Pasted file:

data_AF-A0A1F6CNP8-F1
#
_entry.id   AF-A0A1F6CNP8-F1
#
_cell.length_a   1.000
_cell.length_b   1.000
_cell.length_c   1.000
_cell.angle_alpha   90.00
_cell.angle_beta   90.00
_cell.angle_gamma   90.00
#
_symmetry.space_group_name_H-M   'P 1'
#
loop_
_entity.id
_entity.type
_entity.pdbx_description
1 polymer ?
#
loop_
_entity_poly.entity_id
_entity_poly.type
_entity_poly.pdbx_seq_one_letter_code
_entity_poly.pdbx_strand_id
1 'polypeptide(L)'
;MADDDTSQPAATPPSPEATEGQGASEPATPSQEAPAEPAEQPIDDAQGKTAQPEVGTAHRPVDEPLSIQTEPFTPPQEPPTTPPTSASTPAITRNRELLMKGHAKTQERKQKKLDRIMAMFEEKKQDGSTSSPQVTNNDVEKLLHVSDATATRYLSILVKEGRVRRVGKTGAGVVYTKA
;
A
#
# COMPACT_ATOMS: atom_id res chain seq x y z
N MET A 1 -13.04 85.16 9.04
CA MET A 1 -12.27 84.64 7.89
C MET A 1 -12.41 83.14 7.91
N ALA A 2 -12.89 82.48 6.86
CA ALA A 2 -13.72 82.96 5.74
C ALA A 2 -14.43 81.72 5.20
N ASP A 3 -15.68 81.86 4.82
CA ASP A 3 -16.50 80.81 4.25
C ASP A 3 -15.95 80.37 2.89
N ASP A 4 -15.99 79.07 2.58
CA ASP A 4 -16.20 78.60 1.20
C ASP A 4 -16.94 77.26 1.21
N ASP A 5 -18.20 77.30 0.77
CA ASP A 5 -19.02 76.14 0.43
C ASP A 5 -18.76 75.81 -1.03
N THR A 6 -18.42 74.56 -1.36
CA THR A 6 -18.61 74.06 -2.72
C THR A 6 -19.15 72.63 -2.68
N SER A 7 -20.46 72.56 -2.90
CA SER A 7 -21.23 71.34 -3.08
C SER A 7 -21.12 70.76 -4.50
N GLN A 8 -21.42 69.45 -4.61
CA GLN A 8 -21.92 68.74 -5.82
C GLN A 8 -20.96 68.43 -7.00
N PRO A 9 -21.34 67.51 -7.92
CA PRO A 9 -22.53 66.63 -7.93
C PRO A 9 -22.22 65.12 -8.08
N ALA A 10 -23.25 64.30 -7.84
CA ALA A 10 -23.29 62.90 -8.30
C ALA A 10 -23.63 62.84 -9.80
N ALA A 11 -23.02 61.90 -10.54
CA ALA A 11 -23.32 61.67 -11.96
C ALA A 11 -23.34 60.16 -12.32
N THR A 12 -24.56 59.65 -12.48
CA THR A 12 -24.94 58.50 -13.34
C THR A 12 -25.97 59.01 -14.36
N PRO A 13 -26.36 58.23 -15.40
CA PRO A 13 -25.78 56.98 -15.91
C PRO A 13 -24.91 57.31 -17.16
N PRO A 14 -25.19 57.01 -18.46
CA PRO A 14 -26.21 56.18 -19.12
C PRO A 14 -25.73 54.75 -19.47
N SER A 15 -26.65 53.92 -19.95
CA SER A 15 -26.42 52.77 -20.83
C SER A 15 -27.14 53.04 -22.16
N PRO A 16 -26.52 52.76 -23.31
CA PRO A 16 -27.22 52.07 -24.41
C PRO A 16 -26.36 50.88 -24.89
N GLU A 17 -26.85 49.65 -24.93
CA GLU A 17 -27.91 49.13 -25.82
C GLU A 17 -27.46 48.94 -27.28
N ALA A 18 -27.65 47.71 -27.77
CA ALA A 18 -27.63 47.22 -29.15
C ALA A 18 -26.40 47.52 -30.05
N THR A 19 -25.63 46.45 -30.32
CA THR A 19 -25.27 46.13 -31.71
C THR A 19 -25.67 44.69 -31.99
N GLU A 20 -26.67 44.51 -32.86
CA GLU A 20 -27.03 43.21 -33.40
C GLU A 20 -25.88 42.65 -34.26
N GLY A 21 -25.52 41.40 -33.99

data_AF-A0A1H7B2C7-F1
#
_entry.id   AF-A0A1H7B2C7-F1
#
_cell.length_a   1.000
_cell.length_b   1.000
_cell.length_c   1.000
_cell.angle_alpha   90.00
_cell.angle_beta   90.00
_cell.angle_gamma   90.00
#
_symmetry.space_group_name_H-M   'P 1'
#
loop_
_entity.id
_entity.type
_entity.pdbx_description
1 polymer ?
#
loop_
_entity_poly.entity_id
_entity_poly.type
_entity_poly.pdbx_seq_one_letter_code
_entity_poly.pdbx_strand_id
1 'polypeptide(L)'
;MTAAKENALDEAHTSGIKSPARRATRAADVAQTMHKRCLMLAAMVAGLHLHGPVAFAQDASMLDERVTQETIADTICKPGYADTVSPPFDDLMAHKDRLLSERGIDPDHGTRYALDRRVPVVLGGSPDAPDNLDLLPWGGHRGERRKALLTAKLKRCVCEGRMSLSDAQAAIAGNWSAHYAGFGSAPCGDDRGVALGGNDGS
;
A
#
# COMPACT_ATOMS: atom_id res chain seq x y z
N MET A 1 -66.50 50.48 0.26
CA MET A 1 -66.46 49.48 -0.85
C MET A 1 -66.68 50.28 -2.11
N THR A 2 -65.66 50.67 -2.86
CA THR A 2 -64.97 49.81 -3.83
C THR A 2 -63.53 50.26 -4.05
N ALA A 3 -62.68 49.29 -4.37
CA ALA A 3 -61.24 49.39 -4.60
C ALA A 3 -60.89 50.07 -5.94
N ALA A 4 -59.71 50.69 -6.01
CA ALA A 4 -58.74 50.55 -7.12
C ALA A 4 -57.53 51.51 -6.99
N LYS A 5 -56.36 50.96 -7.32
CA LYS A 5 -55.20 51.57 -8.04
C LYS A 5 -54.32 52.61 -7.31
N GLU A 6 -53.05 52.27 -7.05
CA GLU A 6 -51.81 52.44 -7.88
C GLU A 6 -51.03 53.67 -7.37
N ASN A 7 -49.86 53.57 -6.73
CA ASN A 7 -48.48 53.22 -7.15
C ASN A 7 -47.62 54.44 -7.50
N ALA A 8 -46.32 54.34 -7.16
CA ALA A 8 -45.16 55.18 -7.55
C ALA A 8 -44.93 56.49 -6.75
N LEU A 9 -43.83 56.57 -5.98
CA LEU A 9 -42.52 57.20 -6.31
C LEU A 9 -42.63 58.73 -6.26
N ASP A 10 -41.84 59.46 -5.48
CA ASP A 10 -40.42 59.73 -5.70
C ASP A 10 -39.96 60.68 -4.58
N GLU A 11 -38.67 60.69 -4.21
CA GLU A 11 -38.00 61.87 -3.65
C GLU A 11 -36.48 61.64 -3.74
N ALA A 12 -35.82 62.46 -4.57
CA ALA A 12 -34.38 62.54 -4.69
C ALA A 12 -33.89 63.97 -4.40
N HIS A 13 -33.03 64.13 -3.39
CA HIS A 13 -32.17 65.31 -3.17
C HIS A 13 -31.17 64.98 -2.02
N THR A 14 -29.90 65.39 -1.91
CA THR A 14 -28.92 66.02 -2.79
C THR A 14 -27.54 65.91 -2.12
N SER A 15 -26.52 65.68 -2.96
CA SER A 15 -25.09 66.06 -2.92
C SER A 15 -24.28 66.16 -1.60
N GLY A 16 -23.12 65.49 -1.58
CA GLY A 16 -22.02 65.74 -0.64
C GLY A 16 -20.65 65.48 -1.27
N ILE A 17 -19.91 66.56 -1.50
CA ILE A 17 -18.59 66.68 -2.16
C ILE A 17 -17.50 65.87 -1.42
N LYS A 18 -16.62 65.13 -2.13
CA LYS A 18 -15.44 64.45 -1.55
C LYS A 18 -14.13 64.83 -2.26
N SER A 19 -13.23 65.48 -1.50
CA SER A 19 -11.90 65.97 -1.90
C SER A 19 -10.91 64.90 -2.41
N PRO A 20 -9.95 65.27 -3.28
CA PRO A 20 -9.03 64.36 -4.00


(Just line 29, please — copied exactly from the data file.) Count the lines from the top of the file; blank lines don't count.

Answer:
#